— Here in New York City, we bid a fond farewell to Internet Week, a seven-day plus celebration of panel discussions, cocktail mixers and the 12th annual Webby Awards ceremony honoring the best and brightest of the World Wide Web, as deemed by the The International Academy of Digital Arts and Sciences.
“The who now what what?” you ask. At least, that’s what you ask if you’re half the population of Planet Earth. If you’re the other half, you already know that the “Academy is an intellectually diverse organization that includes members such as musicians Beck and David Bowie, Internet inventor Vint Cerf, political columnist Arianna Huffington, Real Networks CEO Rob Glaser, “The Simpsons” creator Matt Groening… ” etc. because you’ve won at least one Webby and have the official Webby Awards program.
With, like, 50 skidillion categories, your Web site would have to be pretty lousy for you to not get one. OK, there are only 119 award categories, but that number feels like 50 skidillion as Webbys host /and “Saturday Night Live” head writer Seth Myers calls up honorees in endless awards “clusters” for categories such as “Marketplace” and “Services,” each delivering their own version of the infamous Webby five-word acceptance speech. Meanwhile, all anybody really wants to see is Webby “Person of the Year” Stephen Colbert.
“Me! Me! Me! Me! Me!” is what the satirically self-referential host of Comedy Central’s “Colbert Report” declared while holding up the representative Webby trophy — which looks like a Slinky on steroids or something left over from your Ikea couch assembly. Still, there were a couple of things you sort of missed out on if you either didn’t win or didn’t want to pony up the nearly $300 winners are required to pay to attend the Webbys. These include:
Some lady has a bone to pick with Stephen Colbert. It’s safe to say, couture designers aren’t banging down the doors of Webby winners, begging them to wear their fashions on the red carpet. Still, most attendees did their best to look fashionably formal. One winner however, used the event to boldly wear a white, red and black ensemble to accent her white t-shirt with the phrase “Colbert is dead to me” on the front, and on the back “Save the Internet.”
This, of course, is a play on Colbert’s “Dead to me” enemy list. A visit to Colbertisdeadtome.com reveals a petition protesting his Webby win, stating “We're a for-profit group formed to prove that Stephen Colbert is a fraud who deserves no recognition. Sadly, some of the world's most highly respected institutions have already fallen victim to the Colbert dupe.”
You know, spoofing a satire is rarely effective comedy. Speaking of ruining hilarity…
When “the Onion” is explained, it ceases to be funny. Jam-packed along the Webby’s minuscule red carpet rolled out in front of Cipriani on Wall Street, much of the attending media took their hellishly hot moment to ask each and every attendee to explain the Internet. Such was the case with the representatives of fake news site “The Onion.”
Repeatedly, Chris Karwowski and Megan Ganz (stunning, in the hands-down best dress of the evening, a black strapless number with the flawless lines of an Ava Gardner get-up) were asked to delineate the process of creating topical humor during the election season and cite examples of past stuff and current until it all ran together like a middle school book report in which the student is just trying to fill out the required 1,200 words. To quote a Woody Allen axiom, “If it bends, it’s funny.”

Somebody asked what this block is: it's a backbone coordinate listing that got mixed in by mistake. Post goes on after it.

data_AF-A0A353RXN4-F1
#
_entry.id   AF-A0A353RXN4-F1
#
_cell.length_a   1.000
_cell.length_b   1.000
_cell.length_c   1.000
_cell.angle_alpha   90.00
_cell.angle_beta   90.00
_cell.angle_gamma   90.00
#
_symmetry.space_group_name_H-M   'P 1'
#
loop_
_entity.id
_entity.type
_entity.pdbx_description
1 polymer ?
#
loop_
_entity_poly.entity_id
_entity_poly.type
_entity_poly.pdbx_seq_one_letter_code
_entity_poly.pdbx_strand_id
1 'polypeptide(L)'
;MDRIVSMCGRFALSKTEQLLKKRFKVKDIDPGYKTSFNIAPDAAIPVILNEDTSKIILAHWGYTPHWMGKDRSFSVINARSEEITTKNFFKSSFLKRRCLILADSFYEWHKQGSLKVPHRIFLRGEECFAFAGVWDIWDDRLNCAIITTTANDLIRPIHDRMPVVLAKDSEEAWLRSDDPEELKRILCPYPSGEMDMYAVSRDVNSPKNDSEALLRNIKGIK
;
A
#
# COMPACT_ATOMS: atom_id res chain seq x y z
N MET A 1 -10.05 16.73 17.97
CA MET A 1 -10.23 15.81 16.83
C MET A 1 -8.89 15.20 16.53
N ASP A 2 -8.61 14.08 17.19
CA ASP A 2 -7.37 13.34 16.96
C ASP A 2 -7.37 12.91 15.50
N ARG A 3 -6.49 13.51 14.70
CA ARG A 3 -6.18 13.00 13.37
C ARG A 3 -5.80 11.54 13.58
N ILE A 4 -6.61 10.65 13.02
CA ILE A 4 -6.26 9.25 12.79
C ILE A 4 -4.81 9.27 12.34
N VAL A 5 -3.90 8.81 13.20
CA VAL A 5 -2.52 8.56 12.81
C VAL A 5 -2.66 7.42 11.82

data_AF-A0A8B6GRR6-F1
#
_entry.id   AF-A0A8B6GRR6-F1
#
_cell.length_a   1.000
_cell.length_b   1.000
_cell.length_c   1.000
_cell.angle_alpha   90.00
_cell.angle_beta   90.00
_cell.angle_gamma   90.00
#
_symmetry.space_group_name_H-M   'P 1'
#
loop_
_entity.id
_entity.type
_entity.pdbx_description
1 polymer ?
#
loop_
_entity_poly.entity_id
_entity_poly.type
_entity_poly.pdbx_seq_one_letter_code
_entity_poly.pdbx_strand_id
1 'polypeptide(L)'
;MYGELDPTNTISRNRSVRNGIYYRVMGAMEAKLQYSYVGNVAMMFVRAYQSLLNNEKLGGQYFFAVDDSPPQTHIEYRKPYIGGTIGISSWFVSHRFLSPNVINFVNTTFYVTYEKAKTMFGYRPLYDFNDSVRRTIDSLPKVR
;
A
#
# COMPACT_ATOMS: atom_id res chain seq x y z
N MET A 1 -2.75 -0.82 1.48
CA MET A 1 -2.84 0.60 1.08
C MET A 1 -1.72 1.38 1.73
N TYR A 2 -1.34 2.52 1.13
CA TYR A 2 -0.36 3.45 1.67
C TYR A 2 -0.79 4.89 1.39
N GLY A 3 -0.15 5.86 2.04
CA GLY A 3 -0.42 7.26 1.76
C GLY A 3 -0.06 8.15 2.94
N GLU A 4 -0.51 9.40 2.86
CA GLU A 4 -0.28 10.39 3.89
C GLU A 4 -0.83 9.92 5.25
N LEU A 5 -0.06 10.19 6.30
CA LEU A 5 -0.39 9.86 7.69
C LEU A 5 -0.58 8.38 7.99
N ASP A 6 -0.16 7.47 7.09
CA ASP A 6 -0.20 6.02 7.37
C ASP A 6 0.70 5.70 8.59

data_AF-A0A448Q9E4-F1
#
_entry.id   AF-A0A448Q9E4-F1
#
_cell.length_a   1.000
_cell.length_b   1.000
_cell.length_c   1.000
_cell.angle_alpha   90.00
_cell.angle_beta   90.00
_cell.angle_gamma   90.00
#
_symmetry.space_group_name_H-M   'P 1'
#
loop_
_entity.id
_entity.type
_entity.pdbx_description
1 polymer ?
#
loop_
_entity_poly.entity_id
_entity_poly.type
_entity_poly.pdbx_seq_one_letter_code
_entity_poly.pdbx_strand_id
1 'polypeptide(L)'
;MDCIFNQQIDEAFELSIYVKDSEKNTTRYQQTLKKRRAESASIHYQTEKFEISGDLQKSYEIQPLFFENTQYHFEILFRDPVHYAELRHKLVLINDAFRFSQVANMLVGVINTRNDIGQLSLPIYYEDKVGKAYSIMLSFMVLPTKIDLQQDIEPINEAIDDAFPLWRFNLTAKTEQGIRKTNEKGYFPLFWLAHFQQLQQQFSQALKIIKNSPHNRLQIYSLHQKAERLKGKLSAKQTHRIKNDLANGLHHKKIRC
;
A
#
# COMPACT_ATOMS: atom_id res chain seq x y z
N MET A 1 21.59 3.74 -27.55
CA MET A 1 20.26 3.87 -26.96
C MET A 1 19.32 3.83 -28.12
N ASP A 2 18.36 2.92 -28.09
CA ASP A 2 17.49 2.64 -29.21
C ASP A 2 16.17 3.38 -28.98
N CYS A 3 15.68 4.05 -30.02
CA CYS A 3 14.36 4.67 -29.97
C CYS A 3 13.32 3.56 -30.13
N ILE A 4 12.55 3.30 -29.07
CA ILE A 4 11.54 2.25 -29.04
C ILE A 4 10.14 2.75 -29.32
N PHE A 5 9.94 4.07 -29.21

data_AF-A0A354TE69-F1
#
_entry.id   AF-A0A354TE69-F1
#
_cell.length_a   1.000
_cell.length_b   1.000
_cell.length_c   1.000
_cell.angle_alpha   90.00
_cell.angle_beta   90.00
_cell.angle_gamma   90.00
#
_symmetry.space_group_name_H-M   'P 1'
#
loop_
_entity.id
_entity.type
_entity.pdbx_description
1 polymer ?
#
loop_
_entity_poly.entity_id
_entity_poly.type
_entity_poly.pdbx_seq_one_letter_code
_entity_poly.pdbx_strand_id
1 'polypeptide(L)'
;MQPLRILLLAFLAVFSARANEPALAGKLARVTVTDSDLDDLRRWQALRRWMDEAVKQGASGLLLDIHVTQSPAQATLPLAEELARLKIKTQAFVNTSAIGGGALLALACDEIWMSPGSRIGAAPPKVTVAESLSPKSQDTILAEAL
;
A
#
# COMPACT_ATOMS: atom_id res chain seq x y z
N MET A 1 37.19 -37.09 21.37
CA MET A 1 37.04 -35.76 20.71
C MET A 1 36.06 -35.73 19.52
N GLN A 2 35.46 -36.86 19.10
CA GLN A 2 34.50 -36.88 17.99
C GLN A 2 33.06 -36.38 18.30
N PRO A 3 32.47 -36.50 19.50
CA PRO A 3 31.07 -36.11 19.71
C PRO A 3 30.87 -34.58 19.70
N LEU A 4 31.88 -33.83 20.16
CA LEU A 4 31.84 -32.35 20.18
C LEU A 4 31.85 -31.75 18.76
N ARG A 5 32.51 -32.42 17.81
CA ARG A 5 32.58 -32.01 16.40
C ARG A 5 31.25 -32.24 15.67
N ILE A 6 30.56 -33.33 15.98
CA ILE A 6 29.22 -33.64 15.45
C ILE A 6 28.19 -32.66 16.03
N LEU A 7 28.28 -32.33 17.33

Will.i.am sure likes to talk. “Lifetime Achievement” Webby winner David Byrne wandered down the carpet like a befuddled dad in mismatched weekend wear (yellow pants, white blazer, orange shirt) and didn’t talk to anyone. Meanwhile, “Artist of the Year” Will.i.am happily expounded on the power of the Internet to anyone with a microphone or a tape recorder.
Taking the prize for his Barack Obama video, in which he remixed portions of the candidate's speeches into music, the Black Eyed Peas founder ignored his harried publicist trying to push him down the line, repeatedly telling the tale of how, according to Will.i.am., his record company prevented him from releasing the song on a record because it would seem like a political endorsement from his record company. That’s why he turned to YouTube. He also wanted everyone to know about his favorite Web site,
It was, in fact, not hot enough for Arianna Huffington. Waiting in the horrid humidity of the New York City heat wave, “Is it hot enough for ya?” seemed the obvious question, and so Netiquette posited it to every Webby winner who came down the line. From www.passiveagressivenotes.com to icanhascheezburger.com, Webby winners agreed. The weather was brutal.
According to Webby host Seth Myers “When I got up this morning, I wanted nothing more than to put on a dark suit and hang around Wall Street.” (A line he later used in his opening monologue.
For multiple Webby winner Arianna Huffington of political site, Huffington Post, it could’ve been hotter. “You know I’m Greek darling, so this is natural for me,” she said.
The LOLCatz guy and his wife don’t even own a cat! Yes, it’s true, Ben Huh, the genius behind icanhascheezburger.com, doesn’t even own a cat. It seems he and his wife Emily are allergic to felines.
This would’ve been Netiquette’s big red carpet scoop had the Huhs’ not told the exact same fact to the New York magazine reporter next in line.
However, they do own an 11-year-old poodle mix named Nemo that they emphasized is a rescue dog. This and the fact that despite the heat, Ben wore his trademark plushy cheeseburger novelty hat the entire evening, makes the Huhs super cool in Netiquette’s book.